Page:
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Email Strategies

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Email Strategies

LuKreme
After listening to the audio of the latest VidBITS, I thought, "oo 'eck, why not"<1>. Especially since my strategy is quite unlike any of those described. Some might call it schizophrenic, but it works for me.

<http://tidbits.com/article/13597>

Account One:

I use several mail accounts, and I have different strategies for each one. The simplest is the one that gets the most email, and that is the one I use for all my mailing list subscriptions. It is designed to never receive messages in the Inbox, and any messages that are in the inbox are either spam or misguided individuals who reply to me instead of the mailing list I post to.

Every list is sorted into a mailbox using server-side filters. So, all the tidbits mail (including the weekly newsletter) goes into "tidbits". The clever bit is that, also on the server, I have a script that archives all the mail from every mailing list that is more than 30 days old into a folder named zz.[list].2013. The .zz is so that on my iOS devices, the archive folders are forced to the bottom. Most list have their messages automatically tagged as 'read' since I have those subscriptions for reference and for reading when I have time, and I do not want to deal with 10,000 unread list messages. Some lists are excluded from this, and I read every message (like this list).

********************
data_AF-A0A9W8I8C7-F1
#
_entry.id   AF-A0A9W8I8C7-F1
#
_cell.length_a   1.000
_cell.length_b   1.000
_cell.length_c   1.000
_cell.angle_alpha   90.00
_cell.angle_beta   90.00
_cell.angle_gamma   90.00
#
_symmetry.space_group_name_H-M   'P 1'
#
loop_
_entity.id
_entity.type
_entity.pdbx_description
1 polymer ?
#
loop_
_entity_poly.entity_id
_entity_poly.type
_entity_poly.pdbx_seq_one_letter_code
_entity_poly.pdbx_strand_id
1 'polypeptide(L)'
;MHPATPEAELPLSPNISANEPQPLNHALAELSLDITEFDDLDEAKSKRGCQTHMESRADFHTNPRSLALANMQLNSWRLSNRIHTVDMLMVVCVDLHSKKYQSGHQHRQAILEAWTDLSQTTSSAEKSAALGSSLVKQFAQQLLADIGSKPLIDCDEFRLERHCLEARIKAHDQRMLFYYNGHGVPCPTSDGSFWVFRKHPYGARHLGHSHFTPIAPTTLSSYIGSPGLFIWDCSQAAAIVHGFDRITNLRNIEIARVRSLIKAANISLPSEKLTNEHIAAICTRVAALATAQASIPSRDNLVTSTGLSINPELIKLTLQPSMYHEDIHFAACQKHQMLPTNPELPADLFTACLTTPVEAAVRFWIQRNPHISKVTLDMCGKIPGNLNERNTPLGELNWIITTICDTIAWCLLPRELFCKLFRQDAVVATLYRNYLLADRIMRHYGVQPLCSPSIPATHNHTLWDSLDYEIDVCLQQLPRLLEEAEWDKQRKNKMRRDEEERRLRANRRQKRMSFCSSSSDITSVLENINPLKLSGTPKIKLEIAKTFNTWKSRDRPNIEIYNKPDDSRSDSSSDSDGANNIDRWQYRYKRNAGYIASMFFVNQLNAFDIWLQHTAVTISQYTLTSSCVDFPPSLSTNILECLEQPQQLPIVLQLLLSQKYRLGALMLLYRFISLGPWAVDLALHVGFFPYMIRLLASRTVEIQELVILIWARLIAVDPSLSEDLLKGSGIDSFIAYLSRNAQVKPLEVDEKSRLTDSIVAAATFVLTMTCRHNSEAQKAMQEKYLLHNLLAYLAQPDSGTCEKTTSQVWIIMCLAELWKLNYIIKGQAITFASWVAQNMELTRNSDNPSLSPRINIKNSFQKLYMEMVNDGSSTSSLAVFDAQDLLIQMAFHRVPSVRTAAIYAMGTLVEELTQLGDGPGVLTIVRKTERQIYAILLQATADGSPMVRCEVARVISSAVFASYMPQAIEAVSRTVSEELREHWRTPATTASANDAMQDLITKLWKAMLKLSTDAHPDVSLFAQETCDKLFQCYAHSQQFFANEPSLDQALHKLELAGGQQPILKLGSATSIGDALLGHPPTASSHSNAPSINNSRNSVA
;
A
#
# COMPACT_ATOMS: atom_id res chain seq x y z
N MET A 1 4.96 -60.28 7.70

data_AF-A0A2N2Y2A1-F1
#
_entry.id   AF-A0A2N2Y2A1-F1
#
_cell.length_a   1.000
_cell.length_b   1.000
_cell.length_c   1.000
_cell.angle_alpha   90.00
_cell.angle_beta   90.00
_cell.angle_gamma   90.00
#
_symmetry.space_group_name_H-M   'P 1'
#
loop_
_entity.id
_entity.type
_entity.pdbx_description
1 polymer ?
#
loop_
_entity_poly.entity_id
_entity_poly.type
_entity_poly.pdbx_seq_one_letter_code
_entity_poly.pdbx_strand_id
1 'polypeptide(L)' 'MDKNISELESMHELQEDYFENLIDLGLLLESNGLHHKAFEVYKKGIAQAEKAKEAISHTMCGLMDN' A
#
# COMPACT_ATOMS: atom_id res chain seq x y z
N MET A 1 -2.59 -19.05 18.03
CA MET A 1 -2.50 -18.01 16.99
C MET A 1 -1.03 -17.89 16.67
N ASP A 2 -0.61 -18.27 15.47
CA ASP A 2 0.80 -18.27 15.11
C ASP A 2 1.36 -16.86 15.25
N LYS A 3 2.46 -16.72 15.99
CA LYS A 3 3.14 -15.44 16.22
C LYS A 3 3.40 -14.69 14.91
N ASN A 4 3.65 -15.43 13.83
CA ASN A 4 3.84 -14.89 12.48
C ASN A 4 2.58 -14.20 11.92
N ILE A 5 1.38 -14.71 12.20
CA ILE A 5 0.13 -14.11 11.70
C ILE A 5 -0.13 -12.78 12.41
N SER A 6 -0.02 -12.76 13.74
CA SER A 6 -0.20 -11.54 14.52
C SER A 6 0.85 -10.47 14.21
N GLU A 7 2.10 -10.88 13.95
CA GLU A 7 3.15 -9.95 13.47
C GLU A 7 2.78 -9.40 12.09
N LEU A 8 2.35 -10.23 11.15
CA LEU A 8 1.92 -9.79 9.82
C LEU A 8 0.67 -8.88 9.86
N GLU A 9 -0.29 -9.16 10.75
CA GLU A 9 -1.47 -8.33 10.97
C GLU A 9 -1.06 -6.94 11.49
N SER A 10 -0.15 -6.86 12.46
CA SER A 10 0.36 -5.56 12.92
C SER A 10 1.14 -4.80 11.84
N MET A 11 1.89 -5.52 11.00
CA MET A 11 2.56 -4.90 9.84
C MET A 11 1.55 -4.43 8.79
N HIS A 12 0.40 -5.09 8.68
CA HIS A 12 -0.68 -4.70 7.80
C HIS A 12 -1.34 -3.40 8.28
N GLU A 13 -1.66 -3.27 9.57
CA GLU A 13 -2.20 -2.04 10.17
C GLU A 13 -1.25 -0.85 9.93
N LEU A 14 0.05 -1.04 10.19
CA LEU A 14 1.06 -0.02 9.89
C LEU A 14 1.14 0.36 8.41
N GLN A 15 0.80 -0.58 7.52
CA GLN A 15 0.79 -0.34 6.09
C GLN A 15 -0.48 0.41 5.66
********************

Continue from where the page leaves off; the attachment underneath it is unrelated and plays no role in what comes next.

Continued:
Account Two:

My second email is the second most active, and that is my work email. This one tends to get three kinds of mail: automated notifications, panicked pleas, and miscellaneous work related emails. So, the strategy there is three fold. Messages from known contacts get filtered (server side) into the main mailbox that I check most. Messages in this mailbox get replied to and filed, or get tagged for a task and filed. This is the mailbox I deal with immediately, and so it operates under an 'inbox zero' directive. Mail never sits in there. It gets replied to and/or dealt with right away.

The Automated mail gets filed away, marked as read. I only need to look at it if there is problem, and I automatically delete it after 90 days. This is stuff like server notices, nightly, weekly, monthly tasks on my servers, etc.

The rest of the mail gets dumped into my inbox and I usually get around to reading it. Maybe. Eventually.

When the unread count gets into the upper three digits I mark everything read.

Account Three: